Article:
Sunday, August 6, 2017

The Water Jars Of Heaven

Hiroshima And Nagasaki!

By Edward Kofi Louis

Noodles of choice and breakfast for all!
But, where is the way to the dwelling of the light?
For, it matters to me when, the mountain goats give birth.

Hiroshima and Nagasaki!
But, when man dies, he is laid away;
Like the water jars of the heavens when,
The 'Caravan of Tema' Looks for water.

Life and the history of mankind on this earth!
Of the hangings of white and blue linen;
To the year of the dog and of the year of the mouse! 
But, can a papyrus grow without marsh?

Hiroshima and Nagasaki!
It is time to be together once again;
And like a higher Tower to fulfill the muse of love,
But, we still remember the days of the bombs.

Hiroshima and Nagasaki!
Does the wild donkey bray when it has grass? 
Then, let us all live in peace on this earth today,
For, life is like mosaic pavements of alabaster.


  1. What interested me about this particular poem was that rather than being a conventional poem, it is a collage of Hiroshima/Nagasaki references juxtaposed with a series of Biblical quotations. From the Bible:

    Where is the way to the dwelling of light, and where is the place of darkness –Job 38:19

    When do mountain goats and deer give birth? Have you been there when their young are born? –Job 39:1

    But a man dies and is laid low; man breathes his last, and where is he? –Job 14:10

    Who can count the clouds by wisdom, or tip the water jars of the heavens –Job 38:37

    The caravans of Tema look for water, the traveling merchants of Sheba look in hope. –Job 6:19

    There were hangings of fine white and violet linen held by cords of fine purple linen on silver rings and marble columns, and couches of gold and silver on a mosaic pavement of porphyry, marble, mother-of-pearl and precious stones. –Esther 1:6

    Can the papyrus grow up without a marsh? Can the rushes grow without water? –Job 8:11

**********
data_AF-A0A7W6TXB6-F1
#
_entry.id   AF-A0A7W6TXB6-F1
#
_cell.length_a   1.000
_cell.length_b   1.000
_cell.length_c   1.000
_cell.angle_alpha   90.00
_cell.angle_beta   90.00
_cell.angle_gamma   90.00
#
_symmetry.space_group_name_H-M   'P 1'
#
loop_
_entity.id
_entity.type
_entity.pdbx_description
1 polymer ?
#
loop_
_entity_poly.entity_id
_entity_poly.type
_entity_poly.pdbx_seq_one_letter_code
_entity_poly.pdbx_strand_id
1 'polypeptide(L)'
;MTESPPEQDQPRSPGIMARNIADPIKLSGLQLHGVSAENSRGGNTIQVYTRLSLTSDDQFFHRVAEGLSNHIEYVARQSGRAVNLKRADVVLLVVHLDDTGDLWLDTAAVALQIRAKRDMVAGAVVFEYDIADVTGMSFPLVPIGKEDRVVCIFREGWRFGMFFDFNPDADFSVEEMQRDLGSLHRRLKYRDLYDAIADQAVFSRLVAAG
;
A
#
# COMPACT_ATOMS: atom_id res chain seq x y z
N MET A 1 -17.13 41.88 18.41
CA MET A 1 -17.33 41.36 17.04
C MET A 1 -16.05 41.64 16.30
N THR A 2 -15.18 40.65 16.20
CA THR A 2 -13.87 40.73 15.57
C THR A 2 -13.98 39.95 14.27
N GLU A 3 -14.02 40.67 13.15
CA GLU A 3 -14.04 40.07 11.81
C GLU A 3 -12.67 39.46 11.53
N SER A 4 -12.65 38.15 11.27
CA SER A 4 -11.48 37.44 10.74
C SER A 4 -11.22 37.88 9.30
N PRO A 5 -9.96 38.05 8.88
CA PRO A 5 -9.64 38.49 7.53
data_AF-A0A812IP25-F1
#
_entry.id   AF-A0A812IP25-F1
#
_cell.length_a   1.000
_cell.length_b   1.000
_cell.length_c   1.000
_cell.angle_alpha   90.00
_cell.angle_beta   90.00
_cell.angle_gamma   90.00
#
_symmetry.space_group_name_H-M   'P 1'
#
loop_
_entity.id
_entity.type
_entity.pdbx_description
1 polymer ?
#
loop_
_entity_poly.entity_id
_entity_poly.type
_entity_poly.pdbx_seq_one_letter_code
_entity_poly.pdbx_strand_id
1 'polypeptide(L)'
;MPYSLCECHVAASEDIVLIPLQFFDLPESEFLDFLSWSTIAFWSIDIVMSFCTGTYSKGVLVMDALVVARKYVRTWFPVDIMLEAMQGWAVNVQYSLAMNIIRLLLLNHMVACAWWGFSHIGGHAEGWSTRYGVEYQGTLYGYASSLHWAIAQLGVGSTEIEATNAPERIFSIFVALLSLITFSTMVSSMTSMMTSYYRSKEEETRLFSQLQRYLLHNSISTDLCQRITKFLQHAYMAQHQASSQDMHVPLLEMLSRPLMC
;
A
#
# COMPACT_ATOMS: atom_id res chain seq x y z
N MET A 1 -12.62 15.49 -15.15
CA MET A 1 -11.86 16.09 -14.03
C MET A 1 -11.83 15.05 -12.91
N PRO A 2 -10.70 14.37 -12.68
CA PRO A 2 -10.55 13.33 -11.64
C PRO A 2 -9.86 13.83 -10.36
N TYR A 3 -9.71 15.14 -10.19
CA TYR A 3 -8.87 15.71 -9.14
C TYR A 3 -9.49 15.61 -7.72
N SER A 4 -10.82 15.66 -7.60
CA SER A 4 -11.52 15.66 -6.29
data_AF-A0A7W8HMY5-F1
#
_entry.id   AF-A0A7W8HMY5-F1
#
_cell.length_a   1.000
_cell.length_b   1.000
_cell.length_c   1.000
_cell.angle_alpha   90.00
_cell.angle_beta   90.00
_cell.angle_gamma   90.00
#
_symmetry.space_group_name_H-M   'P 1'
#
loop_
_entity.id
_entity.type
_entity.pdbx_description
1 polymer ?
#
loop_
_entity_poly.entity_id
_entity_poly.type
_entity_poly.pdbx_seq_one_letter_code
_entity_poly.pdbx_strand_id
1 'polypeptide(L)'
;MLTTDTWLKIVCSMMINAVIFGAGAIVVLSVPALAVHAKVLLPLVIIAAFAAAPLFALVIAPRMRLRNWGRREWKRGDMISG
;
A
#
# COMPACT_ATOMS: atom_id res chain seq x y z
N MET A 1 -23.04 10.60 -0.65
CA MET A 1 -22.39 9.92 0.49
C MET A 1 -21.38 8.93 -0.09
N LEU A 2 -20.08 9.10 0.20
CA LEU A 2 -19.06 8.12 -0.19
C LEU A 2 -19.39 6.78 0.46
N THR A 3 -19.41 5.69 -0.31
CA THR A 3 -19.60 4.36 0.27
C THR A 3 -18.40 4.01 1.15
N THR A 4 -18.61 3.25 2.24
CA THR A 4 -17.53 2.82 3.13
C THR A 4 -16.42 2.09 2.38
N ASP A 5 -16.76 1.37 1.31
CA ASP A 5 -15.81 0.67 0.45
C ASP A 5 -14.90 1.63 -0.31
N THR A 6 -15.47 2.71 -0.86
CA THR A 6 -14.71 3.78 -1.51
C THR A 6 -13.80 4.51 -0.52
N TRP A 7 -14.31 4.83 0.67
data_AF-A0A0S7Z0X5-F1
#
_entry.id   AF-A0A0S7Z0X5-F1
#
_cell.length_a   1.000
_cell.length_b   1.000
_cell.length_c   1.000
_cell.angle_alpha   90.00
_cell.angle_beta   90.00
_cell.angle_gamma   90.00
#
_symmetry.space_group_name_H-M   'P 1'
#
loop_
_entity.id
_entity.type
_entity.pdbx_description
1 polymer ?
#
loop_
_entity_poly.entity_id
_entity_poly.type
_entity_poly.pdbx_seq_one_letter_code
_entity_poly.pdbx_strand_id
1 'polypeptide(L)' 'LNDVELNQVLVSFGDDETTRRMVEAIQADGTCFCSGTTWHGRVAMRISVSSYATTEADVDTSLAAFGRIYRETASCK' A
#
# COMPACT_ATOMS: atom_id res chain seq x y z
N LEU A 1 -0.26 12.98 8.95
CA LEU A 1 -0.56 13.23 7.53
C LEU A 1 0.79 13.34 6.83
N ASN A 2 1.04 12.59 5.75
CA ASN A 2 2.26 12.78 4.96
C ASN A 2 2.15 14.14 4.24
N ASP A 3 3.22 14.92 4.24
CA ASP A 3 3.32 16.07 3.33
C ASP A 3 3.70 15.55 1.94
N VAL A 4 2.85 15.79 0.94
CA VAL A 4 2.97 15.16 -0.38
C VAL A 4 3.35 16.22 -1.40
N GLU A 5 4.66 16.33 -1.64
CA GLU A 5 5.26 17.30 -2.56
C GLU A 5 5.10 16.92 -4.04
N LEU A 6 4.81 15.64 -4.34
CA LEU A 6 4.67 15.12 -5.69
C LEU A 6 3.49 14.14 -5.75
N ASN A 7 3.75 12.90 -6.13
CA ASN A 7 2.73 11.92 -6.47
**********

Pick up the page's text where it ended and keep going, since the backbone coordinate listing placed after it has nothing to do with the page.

Does a wild donkey bray when it has grass, or an ox bellow when it has fodder? –Job 6:5

    Strive for peace with everyone, and for the holiness without which no one will see the Lord. –Hebrews 12:14

  2. To me it makes no sense at all, even when MD explains the sources.

    1. Of course, many poems do not make logical sense in the same way as conventional prose does. Much of art, music and poetry is nakedly ambiguous and intentionally open to interpretation. That is the nature of art and is just as true for bad art as it is for great art.

      I make no claim that this is a great poem, only that it is "thought-provoking".

      The snippets of Bibical quotations from the Book of Job are part of a long meditation comparing the puny power of man to the unlimited power of God. What is a mere atomic bomb next to the tremendous majesty of God?

      The quotation from the opening verses of the Book of Esther describes the beauties of the court of a great Persian king.
      Later in the story the Persian King too finds himself being moved and manipulated by the will of God.

      The quotation from the Book of Hebrews is clearly a plea for peace.

      The other parts of the poem refer to a time of plentifulness, remembrance of a great tragedy (days of the bombs) etc.

      Not a great poem, perhaps, but interesting I think.

  3. "The death penalty saves a lot of lives." - - Nancy Reagan.

    The atomic bombs saved a lot of lives too. That is so funny. Dark humor I think they call it.

    1. The atomic bombs that were dropped on Japan ended the war and clearly saved a lot of American lives. I also take the position that the bombs, by ending the war so quickly, saved many more Japanese lives.

      Those who disagree with my point of view take two basic counter-positions. 1. The Japanese were about to surrender anyway and thus the atomic bombs were unnecessary overkill or 2. Nothing can justify the bombings, even if they did save lives.

      As to #1, there is no real evidence that the Japanese were about to surrender and much evidence to the contrary.

      As to #2, the Americans who DID NOT DIE invading Japan and their surviving families would probably disagree.

      But clearly the atomic bombs did not save lives in Hiroshima and Nagasaki. And although many Japanese enthusiastically supported the Japanese war effort, many of the Atomic casualties were innocent children who clearly did not deserve to die.

      War is truly Hell.

    2. The Japanese were ready to surrender. BUT WITH TERMS UNACCEPTABLE TO THE ALLIES. Maintain their overseas colonies, keep a military, not be occupied, no war crime trials, etc. Terms unacceptable.

    3. The Allies had learned their lesson against Germany--an enemy that is not utterly conquered is an enemy that will rise again with a vengeance.

      As William Sherman famously said: War is all hell.